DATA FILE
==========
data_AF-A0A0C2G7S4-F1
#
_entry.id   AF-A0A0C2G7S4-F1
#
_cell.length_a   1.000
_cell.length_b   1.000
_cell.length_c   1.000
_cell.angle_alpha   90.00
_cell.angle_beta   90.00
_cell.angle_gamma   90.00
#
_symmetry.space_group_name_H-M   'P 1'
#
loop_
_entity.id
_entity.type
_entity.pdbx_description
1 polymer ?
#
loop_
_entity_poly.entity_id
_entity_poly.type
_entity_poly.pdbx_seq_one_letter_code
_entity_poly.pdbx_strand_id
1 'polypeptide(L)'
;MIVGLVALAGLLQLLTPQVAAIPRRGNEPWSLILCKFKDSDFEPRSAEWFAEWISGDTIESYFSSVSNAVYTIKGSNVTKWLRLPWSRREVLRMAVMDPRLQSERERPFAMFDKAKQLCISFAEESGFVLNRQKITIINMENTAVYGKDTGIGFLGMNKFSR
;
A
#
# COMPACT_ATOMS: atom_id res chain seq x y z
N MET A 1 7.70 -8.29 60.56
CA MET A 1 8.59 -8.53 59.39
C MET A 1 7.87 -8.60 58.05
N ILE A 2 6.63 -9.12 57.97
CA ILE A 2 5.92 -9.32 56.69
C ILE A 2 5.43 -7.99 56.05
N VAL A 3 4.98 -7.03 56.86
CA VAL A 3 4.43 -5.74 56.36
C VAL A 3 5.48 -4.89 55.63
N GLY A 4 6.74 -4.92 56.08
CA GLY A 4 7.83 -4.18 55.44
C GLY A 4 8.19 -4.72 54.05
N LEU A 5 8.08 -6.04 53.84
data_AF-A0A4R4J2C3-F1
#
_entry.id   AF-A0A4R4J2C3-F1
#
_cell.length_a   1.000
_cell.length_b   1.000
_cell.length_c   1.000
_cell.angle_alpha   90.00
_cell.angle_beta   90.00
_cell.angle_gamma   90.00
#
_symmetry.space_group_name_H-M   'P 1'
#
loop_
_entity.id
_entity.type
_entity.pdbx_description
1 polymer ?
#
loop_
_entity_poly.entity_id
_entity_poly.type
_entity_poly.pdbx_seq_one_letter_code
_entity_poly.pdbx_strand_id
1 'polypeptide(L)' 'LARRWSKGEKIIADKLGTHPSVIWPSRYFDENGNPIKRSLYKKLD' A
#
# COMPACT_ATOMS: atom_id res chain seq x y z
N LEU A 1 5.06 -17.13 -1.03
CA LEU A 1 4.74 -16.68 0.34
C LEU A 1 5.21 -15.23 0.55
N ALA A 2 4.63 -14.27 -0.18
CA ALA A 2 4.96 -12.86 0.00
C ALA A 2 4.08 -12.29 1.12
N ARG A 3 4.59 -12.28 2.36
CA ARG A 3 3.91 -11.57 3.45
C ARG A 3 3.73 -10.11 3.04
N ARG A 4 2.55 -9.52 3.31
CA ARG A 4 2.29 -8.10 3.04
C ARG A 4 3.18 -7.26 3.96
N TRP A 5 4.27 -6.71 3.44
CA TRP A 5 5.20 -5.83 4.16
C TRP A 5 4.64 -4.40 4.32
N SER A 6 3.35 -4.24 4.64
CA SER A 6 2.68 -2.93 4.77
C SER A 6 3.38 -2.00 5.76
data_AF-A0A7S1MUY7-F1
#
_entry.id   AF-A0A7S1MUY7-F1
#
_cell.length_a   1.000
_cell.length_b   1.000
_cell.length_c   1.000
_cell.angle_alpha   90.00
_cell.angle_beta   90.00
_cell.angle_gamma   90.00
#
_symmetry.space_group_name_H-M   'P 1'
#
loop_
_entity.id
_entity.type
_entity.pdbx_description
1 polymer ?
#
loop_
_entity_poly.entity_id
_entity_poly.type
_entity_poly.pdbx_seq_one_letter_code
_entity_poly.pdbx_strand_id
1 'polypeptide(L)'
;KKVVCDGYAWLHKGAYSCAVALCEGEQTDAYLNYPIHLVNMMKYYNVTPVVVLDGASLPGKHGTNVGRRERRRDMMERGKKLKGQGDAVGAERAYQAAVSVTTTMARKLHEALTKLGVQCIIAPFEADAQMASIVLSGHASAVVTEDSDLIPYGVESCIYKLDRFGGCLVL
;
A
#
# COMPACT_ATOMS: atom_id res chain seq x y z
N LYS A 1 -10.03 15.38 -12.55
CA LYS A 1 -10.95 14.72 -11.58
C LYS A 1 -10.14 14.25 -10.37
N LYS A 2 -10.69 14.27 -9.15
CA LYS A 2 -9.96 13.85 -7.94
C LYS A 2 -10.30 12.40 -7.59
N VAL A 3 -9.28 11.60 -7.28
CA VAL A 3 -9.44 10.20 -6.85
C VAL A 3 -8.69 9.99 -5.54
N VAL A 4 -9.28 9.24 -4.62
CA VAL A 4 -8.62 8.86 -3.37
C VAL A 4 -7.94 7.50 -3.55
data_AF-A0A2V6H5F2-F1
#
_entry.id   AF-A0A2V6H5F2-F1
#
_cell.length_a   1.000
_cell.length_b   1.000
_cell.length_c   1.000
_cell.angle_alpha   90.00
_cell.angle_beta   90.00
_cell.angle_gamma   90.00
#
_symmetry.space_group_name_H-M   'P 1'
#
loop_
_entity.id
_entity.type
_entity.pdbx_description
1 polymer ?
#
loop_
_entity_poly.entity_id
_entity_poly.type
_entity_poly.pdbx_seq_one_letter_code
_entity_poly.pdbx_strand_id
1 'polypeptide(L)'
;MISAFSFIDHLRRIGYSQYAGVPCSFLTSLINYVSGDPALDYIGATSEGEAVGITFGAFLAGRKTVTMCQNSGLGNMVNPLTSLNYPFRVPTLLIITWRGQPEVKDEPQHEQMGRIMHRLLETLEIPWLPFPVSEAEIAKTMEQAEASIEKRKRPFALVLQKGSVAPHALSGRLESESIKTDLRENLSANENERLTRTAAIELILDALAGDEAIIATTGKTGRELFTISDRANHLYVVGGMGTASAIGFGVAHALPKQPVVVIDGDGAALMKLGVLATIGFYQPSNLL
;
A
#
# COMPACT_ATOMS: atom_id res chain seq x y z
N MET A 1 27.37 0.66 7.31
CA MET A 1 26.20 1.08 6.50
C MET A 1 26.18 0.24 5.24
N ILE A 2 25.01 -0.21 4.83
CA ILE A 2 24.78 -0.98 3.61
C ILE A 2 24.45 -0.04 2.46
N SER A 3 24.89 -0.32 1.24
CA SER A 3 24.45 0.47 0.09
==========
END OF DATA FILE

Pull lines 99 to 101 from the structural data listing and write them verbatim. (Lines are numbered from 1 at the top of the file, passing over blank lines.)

#
_symmetry.space_group_name_H-M   'P 1'
#